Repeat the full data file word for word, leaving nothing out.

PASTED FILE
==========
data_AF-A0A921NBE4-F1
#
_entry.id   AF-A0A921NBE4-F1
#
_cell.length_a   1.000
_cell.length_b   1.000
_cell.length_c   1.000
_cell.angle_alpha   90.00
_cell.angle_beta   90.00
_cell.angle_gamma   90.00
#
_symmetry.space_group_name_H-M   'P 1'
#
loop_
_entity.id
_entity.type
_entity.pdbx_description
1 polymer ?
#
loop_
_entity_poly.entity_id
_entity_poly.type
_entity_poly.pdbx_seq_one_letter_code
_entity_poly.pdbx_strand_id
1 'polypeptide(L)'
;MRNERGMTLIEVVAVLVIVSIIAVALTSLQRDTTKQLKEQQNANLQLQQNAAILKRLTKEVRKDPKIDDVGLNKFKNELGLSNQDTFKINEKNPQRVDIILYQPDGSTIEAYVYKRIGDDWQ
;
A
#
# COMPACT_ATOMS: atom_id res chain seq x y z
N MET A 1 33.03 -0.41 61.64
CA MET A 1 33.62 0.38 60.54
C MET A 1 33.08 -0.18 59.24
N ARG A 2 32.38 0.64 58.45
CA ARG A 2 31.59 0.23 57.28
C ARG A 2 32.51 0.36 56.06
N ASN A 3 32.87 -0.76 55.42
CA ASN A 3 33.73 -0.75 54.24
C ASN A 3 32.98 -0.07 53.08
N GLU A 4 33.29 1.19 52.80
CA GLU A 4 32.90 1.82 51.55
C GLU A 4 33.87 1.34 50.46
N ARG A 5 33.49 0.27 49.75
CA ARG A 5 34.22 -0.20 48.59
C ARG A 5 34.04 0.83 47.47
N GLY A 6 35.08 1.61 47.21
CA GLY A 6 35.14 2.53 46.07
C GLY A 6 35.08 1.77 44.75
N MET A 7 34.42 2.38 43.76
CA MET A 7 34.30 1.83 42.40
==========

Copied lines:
data_AF-A0A921NBE4-F1
#
_entry.id   AF-A0A921NBE4-F1
#
_cell.length_a   1.000
_cell.length_b   1.000
_cell.length_c   1.000
_cell.angle_alpha   90.00
_cell.angle_beta   90.00
_cell.angle_gamma   90.00
#
_symmetry.space_group_name_H-M   'P 1'
#
loop_
_entity.id
_entity.type
_entity.pdbx_description
1 polymer ?
#
loop_
_entity_poly.entity_id
_entity_poly.type
_entity_poly.pdbx_seq_one_letter_code
_entity_poly.pdbx_strand_id
1 'polypeptide(L)'
;MRNERGMTLIEVVAVLVIVSIIAVALTSLQRDTTKQLKEQQNANLQLQQNAAILKRLTKEVRKDPKIDDVGLNKFKNELGLSNQDTFKINEKNPQRVDIILYQPDGSTIEAYVYKRIGDDWQ
;
A
#
# COMPACT_ATOMS: atom_id res chain seq x y z
N MET A 1 33.03 -0.41 61.64
CA MET A 1 33.62 0.38 60.54
C MET A 1 33.08 -0.18 59.24
N ARG A 2 32.38 0.64 58.45
CA ARG A 2 31.59 0.23 57.28
C ARG A 2 32.51 0.36 56.06
N ASN A 3 32.87 -0.76 55.42
CA ASN A 3 33.73 -0.75 54.24
C ASN A 3 32.98 -0.07 53.08
N GLU A 4 33.29 1.19 52.80
CA GLU A 4 32.90 1.82 51.55
C GLU A 4 33.87 1.34 50.46
N ARG A 5 33.49 0.27 49.75
CA ARG A 5 34.22 -0.20 48.59
C ARG A 5 34.04 0.83 47.47
N GLY A 6 35.08 1.61 47.21
CA GLY A 6 35.14 2.53 46.07
C GLY A 6 35.08 1.77 44.75
N MET A 7 34.42 2.38 43.76
CA MET A 7 34.30 1.83 42.40